11. I’m surprised about the comments concerning iron supplements for men. I’ve taken iron supplements while training hard and noticed a considerable difference in my energy levels. I also understand they are ‘de rigeur’ for endurance athletes who compete on many consecutive days (eg Tour de France).

    To reply to Rocofit, I stand by what I say, but perhaps I can clarify what I mean.

    Whenever I have met someone, a PT or otherwise, who receives a reward from a particular supplement company (or any organisation), then they have lost their impartiality and independence, and push that company’s products over all others. (I think this is right. If I paid someone to endorse my products, I would expect them to be biassed towards me).

    I’m sure, however, there are a few people who do maintain an independent viewpoint, despite their associations.

    I think what I’m trying to say is it is up to consumers to check the motives behind why someone praises or damns a supplement or company (or anything really). Do they benefit from being impartial (like Doug or Tom Venuto) or do they benefit from having a bias?

  12. Hi MJ

    From the NIH:

    Who may need extra iron to prevent a deficiency?

    Three groups of people are most likely to benefit from iron supplements: people with a greater need for iron, individuals who tend to lose more iron, and people who do not absorb iron normally.

    These individuals include:

    pregnant women
    preterm and low birth weight infants
    older infants and toddlers
    teenage girls
    women of childbearing age, especially those with heavy menstrual losses
    people with renal failure, especially those undergoing routine dialysis
    people with gastrointestinal disorders who do not absorb iron normally

    Celiac Disease and Crohn’s Syndrome are associated with gastrointestinal malabsorption and may impair iron absorption. Iron supplementation may be needed if these conditions result in iron deficiency anemia [41].

    Women taking oral contraceptives may experience less bleeding during their periods and have a lower risk of developing an iron deficiency. Women who use an intrauterine device (IUD) to prevent pregnancy may experience more bleeding and have a greater risk of developing an iron deficiency. If laboratory tests indicate iron deficiency anemia, iron supplements may be recommended.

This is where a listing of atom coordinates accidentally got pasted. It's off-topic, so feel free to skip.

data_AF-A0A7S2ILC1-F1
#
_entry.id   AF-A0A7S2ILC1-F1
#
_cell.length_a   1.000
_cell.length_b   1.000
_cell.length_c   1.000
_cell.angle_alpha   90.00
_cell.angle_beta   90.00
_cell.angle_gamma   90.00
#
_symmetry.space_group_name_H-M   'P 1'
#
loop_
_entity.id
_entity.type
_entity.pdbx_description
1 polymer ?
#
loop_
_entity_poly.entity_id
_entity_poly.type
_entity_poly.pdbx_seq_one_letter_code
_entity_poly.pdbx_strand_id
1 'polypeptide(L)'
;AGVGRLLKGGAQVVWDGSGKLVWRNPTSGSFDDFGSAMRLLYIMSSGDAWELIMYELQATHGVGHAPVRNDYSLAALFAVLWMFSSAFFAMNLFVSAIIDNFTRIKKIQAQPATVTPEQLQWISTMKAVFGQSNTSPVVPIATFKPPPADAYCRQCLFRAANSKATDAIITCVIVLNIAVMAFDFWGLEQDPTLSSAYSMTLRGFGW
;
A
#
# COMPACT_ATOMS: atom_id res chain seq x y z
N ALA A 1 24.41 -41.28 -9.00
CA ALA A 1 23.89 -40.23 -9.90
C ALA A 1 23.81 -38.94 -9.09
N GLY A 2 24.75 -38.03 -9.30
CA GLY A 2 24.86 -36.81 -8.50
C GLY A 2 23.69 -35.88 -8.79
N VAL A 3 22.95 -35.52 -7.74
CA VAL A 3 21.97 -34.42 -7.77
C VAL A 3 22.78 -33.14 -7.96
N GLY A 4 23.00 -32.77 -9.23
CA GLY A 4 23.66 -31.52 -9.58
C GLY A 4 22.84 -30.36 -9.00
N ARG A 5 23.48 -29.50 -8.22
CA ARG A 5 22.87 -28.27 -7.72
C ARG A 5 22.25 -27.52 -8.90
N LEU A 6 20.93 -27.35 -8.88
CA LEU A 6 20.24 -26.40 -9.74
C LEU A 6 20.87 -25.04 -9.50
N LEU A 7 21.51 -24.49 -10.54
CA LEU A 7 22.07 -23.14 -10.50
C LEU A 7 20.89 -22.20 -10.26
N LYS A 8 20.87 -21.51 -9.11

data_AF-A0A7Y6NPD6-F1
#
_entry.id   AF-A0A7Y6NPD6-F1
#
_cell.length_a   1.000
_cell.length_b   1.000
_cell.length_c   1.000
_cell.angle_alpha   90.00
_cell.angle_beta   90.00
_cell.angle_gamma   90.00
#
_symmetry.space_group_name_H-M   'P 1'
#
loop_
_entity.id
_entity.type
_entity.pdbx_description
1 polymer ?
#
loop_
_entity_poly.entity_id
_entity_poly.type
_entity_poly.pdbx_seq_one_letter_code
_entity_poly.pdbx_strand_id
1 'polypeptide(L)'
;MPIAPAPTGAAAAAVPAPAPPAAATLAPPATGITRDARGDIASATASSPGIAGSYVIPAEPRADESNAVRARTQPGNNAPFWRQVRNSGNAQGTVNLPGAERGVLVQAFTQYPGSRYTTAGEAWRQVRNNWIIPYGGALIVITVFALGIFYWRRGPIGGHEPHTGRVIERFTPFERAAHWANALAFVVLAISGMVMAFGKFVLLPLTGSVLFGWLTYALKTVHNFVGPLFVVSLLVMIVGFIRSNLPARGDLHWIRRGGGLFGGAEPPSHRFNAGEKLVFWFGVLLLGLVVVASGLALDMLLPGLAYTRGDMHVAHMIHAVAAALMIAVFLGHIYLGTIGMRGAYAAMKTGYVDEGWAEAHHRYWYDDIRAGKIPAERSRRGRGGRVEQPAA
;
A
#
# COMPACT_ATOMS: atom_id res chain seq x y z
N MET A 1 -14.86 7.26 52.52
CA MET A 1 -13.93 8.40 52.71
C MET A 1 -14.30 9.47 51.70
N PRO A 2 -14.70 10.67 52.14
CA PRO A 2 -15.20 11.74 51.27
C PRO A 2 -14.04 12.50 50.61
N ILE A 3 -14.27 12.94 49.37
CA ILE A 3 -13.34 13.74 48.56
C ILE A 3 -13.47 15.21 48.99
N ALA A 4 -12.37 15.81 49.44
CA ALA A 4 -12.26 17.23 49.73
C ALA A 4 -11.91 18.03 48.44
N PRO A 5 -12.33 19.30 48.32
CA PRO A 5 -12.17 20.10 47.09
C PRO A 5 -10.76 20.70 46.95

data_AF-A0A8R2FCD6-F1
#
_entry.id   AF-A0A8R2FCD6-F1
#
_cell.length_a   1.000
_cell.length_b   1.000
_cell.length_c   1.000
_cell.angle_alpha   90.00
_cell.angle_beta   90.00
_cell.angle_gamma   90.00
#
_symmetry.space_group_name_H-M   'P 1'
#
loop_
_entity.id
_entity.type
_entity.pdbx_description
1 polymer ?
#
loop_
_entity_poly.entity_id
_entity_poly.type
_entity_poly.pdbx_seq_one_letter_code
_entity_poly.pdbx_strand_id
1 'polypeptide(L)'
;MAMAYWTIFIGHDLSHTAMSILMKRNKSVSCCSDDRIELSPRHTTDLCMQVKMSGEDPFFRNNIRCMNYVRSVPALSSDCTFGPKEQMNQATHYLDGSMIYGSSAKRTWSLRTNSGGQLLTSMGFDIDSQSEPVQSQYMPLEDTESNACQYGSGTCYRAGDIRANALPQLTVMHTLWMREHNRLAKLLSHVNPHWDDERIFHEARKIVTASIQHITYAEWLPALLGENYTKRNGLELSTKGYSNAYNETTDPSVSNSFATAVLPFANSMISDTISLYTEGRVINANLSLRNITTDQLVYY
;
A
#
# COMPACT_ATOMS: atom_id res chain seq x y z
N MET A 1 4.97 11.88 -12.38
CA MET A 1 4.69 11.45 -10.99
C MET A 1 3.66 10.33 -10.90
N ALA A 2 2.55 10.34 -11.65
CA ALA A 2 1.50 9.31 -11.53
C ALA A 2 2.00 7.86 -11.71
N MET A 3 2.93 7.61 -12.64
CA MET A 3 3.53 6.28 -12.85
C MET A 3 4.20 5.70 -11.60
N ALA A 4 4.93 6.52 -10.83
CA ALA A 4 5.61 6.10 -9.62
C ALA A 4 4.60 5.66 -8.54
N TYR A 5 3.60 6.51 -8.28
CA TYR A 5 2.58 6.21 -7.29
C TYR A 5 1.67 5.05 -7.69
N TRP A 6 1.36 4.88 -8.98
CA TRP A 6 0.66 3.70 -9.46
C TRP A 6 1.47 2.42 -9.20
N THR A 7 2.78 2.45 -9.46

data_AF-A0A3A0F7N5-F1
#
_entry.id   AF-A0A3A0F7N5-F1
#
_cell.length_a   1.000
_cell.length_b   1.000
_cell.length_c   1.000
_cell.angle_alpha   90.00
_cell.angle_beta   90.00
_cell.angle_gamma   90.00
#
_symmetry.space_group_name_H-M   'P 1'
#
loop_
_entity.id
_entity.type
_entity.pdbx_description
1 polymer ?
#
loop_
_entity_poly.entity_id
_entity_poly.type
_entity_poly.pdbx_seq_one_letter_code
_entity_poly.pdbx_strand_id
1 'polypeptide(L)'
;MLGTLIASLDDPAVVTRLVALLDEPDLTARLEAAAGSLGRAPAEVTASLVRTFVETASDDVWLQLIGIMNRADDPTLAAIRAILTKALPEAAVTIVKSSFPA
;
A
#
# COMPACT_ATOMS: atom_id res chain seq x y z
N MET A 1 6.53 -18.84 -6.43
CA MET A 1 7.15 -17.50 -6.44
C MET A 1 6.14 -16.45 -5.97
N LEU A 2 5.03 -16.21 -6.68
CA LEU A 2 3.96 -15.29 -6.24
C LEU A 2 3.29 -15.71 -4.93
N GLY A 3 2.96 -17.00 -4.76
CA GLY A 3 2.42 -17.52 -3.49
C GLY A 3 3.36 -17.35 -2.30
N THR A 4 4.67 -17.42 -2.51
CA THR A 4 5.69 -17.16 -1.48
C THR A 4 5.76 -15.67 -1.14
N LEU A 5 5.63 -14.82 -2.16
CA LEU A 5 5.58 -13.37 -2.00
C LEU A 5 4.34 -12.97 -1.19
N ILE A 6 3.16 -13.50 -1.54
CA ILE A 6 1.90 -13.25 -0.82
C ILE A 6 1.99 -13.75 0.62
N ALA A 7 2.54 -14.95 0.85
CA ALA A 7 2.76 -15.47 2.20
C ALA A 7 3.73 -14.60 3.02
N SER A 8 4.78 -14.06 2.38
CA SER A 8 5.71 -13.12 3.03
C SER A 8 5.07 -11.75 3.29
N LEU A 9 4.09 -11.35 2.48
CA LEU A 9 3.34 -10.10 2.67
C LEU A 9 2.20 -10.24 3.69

Total dietary iron intake in vegetarian diets may meet recommended levels; however that iron is less available for absorption than in diets that include meat [58]. Vegetarians who exclude all animal products from their diet may need almost twice as much dietary iron each day as non-vegetarians because of the lower intestinal absorption of nonheme iron in plant foods [1]. Vegetarians should consider consuming nonheme iron sources together with a good source of vitamin C, such as citrus fruits, to improve the absorption of nonheme iron [1].

    There are many causes of anemia, including iron deficiency. There are also several potential causes of iron deficiency. After a thorough evaluation, physicians can diagnose the cause of anemia and prescribe the appropriate treatment.


    Who should be cautious about taking iron supplements?

    Iron deficiency is uncommon among adult men and postmenopausal women. These individuals should only take iron supplements when prescribed by a physician because of their greater risk of iron overload. Iron overload is a condition in which excess iron is found in the blood and stored in organs such as the liver and heart. Iron overload is associated with several genetic diseases including hemochromatosis, which affects approximately 1 in 250 individuals of northern European descent [67]. Individuals with hemochromatosis absorb iron very efficiently, which can result in a build up of excess iron and can cause organ damage such as cirrhosis of the liver and heart failure [1,3,67-69]. Hemochromatosis is often not diagnosed until excess iron stores have damaged an organ. Iron supplementation may accelerate the effects of hemochromatosis, an important reason why adult men and postmenopausal women who are not iron deficient should avoid iron supplements. Individuals with blood disorders that require frequent blood transfusions are also at risk of iron overload and are usually advised to avoid iron supplements.

    However, since I really have no idea why they did or didn’t include iron in their formulation, I will be asking them that question and will post their response

  13. Regarding experts (doctors, trainers, etc) endorsing nutritional supplements, there is a long history of snake-oil salesmen either selling or endorsing products that don’t live up to their hype.

    But, I don’t think that’s limited to the health food industry.

    Most products are never as good as their celebrity endorsers claim them to be.